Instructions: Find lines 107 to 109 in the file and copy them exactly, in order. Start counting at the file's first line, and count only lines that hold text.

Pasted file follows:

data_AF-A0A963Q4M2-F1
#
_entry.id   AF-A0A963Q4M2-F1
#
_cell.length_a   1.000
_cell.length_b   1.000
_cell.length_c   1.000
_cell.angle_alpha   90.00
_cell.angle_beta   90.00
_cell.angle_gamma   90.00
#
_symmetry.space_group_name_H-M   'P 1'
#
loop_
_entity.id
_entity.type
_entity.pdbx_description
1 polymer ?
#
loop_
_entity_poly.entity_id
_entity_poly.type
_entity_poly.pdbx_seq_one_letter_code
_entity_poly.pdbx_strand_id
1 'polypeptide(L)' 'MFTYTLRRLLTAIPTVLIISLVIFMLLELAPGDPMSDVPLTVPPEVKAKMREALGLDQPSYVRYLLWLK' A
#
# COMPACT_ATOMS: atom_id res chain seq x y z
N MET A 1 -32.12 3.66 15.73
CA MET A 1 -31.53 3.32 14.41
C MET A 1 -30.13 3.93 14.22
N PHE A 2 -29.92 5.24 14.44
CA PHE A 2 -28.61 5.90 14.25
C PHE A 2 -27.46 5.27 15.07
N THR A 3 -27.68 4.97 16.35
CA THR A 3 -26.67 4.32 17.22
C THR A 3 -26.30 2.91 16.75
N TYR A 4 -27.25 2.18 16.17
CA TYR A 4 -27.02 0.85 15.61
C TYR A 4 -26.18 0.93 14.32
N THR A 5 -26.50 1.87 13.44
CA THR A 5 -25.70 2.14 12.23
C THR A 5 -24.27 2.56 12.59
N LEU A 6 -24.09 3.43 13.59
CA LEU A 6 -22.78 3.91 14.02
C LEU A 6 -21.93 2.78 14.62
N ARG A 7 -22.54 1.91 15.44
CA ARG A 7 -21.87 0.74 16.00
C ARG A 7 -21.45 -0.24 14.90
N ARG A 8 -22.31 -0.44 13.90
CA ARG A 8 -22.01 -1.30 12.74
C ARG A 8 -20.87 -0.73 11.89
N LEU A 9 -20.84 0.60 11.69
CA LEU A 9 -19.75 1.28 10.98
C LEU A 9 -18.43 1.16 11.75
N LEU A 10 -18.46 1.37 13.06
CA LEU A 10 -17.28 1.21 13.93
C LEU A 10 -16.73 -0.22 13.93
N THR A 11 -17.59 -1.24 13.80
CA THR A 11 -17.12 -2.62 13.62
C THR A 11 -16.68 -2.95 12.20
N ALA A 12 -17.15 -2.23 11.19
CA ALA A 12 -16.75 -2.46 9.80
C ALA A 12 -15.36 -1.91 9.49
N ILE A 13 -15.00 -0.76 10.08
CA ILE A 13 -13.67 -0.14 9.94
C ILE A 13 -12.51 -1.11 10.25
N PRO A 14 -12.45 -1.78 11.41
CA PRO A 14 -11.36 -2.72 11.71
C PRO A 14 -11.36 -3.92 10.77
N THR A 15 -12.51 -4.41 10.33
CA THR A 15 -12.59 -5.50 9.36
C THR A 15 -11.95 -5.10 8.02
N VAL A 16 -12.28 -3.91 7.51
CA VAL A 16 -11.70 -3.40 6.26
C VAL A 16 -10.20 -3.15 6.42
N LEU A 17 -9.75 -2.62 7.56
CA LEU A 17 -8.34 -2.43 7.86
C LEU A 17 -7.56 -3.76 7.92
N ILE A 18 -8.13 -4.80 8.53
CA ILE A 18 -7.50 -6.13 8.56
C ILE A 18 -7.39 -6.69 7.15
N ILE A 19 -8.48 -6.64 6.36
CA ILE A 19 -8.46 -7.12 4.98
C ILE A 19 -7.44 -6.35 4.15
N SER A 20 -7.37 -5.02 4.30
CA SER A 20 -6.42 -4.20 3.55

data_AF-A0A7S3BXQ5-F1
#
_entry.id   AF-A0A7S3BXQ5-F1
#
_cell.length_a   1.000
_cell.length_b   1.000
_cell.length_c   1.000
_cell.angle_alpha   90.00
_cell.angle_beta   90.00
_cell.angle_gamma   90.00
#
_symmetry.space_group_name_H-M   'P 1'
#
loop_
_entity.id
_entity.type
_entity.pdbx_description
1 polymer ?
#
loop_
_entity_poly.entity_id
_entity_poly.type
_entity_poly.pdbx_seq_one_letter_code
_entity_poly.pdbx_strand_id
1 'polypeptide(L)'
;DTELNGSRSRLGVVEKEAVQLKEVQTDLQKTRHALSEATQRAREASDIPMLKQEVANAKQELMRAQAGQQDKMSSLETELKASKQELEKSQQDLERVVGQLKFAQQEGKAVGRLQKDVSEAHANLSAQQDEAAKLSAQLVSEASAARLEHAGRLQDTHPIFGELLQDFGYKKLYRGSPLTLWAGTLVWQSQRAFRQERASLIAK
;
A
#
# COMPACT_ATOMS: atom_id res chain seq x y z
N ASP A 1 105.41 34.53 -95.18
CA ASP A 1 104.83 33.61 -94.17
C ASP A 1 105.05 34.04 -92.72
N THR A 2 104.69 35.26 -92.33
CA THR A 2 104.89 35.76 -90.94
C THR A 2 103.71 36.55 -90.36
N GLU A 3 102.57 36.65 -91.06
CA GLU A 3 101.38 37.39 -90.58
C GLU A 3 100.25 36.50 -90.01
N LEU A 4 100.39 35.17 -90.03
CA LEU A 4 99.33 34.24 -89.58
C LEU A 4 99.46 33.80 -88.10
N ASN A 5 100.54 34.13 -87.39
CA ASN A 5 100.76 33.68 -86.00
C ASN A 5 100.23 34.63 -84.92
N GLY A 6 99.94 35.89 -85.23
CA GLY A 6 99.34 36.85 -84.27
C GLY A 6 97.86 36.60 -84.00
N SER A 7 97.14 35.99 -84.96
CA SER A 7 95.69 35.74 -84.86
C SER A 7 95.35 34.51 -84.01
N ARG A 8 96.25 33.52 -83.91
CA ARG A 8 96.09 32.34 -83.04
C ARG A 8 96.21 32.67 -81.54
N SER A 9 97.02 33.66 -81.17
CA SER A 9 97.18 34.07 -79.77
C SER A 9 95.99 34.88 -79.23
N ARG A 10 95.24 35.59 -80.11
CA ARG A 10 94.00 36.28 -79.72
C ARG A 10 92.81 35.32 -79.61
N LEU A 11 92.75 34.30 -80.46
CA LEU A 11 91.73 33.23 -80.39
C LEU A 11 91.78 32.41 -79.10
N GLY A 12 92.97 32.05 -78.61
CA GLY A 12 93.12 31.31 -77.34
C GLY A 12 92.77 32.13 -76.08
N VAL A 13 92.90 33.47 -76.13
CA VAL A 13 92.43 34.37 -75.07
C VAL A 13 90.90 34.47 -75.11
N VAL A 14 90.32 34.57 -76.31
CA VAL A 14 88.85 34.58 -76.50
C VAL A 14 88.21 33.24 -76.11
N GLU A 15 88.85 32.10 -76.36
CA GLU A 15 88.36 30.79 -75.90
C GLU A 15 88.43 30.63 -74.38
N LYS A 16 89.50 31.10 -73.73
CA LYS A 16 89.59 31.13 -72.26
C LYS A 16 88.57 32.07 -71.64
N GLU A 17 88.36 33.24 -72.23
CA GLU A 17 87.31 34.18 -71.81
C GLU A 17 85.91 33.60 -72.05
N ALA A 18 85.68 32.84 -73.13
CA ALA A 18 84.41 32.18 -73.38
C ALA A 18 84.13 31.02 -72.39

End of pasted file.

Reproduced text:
_entity_poly.entity_id
_entity_poly.type
_entity_poly.pdbx_seq_one_letter_code